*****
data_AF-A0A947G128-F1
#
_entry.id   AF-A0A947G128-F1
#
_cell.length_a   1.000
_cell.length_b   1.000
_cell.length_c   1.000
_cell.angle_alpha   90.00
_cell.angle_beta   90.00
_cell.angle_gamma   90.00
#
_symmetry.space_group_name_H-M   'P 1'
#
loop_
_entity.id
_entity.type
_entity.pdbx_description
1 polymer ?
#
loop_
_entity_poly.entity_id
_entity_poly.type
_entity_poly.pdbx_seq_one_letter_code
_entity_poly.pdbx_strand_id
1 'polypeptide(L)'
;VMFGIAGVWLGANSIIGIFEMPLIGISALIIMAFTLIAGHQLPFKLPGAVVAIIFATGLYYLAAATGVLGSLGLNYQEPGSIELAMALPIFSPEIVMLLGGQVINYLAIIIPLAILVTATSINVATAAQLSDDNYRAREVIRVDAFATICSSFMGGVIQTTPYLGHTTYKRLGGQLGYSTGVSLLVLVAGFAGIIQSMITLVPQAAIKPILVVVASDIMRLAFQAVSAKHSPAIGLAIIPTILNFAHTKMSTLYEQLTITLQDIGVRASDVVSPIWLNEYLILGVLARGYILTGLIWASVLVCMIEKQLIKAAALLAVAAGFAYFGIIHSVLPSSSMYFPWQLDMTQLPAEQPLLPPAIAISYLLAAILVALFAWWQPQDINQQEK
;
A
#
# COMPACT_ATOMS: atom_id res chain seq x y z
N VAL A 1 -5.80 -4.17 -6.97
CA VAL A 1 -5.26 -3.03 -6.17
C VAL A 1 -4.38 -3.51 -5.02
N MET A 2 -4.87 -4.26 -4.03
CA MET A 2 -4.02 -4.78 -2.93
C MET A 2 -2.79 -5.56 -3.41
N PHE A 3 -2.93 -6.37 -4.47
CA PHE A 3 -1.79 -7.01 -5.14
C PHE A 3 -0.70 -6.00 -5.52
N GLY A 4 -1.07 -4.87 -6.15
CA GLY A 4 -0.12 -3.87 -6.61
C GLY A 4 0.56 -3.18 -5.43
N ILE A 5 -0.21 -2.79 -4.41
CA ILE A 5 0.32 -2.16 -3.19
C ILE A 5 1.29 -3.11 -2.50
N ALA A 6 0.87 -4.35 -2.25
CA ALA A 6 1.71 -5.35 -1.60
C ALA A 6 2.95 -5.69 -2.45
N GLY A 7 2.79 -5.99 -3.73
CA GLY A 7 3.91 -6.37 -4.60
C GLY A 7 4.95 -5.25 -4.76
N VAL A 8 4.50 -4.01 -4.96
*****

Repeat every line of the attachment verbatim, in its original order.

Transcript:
data_AF-A0A947G128-F1
#
_entry.id   AF-A0A947G128-F1
#
_cell.length_a   1.000
_cell.length_b   1.000
_cell.length_c   1.000
_cell.angle_alpha   90.00
_cell.angle_beta   90.00
_cell.angle_gamma   90.00
#
_symmetry.space_group_name_H-M   'P 1'
#
loop_
_entity.id
_entity.type
_entity.pdbx_description
1 polymer ?
#
loop_
_entity_poly.entity_id
_entity_poly.type
_entity_poly.pdbx_seq_one_letter_code
_entity_poly.pdbx_strand_id
1 'polypeptide(L)'
;VMFGIAGVWLGANSIIGIFEMPLIGISALIIMAFTLIAGHQLPFKLPGAVVAIIFATGLYYLAAATGVLGSLGLNYQEPGSIELAMALPIFSPEIVMLLGGQVINYLAIIIPLAILVTATSINVATAAQLSDDNYRAREVIRVDAFATICSSFMGGVIQTTPYLGHTTYKRLGGQLGYSTGVSLLVLVAGFAGIIQSMITLVPQAAIKPILVVVASDIMRLAFQAVSAKHSPAIGLAIIPTILNFAHTKMSTLYEQLTITLQDIGVRASDVVSPIWLNEYLILGVLARGYILTGLIWASVLVCMIEKQLIKAAALLAVAAGFAYFGIIHSVLPSSSMYFPWQLDMTQLPAEQPLLPPAIAISYLLAAILVALFAWWQPQDINQQEK
;
A
#
# COMPACT_ATOMS: atom_id res chain seq x y z
N VAL A 1 -5.80 -4.17 -6.97
CA VAL A 1 -5.26 -3.03 -6.17
C VAL A 1 -4.38 -3.51 -5.02
N MET A 2 -4.87 -4.26 -4.03
CA MET A 2 -4.02 -4.78 -2.93
C MET A 2 -2.79 -5.56 -3.41
N PHE A 3 -2.93 -6.37 -4.47
CA PHE A 3 -1.79 -7.01 -5.14
C PHE A 3 -0.70 -6.00 -5.52
N GLY A 4 -1.07 -4.87 -6.15
CA GLY A 4 -0.12 -3.87 -6.61
C GLY A 4 0.56 -3.18 -5.43
N ILE A 5 -0.21 -2.79 -4.41
CA ILE A 5 0.32 -2.16 -3.19
C ILE A 5 1.29 -3.11 -2.50
N ALA A 6 0.87 -4.35 -2.25
CA ALA A 6 1.71 -5.35 -1.60
C ALA A 6 2.95 -5.69 -2.45
N GLY A 7 2.79 -5.99 -3.73
CA GLY A 7 3.91 -6.37 -4.60
C GLY A 7 4.95 -5.25 -4.76
N VAL A 8 4.50 -4.01 -4.96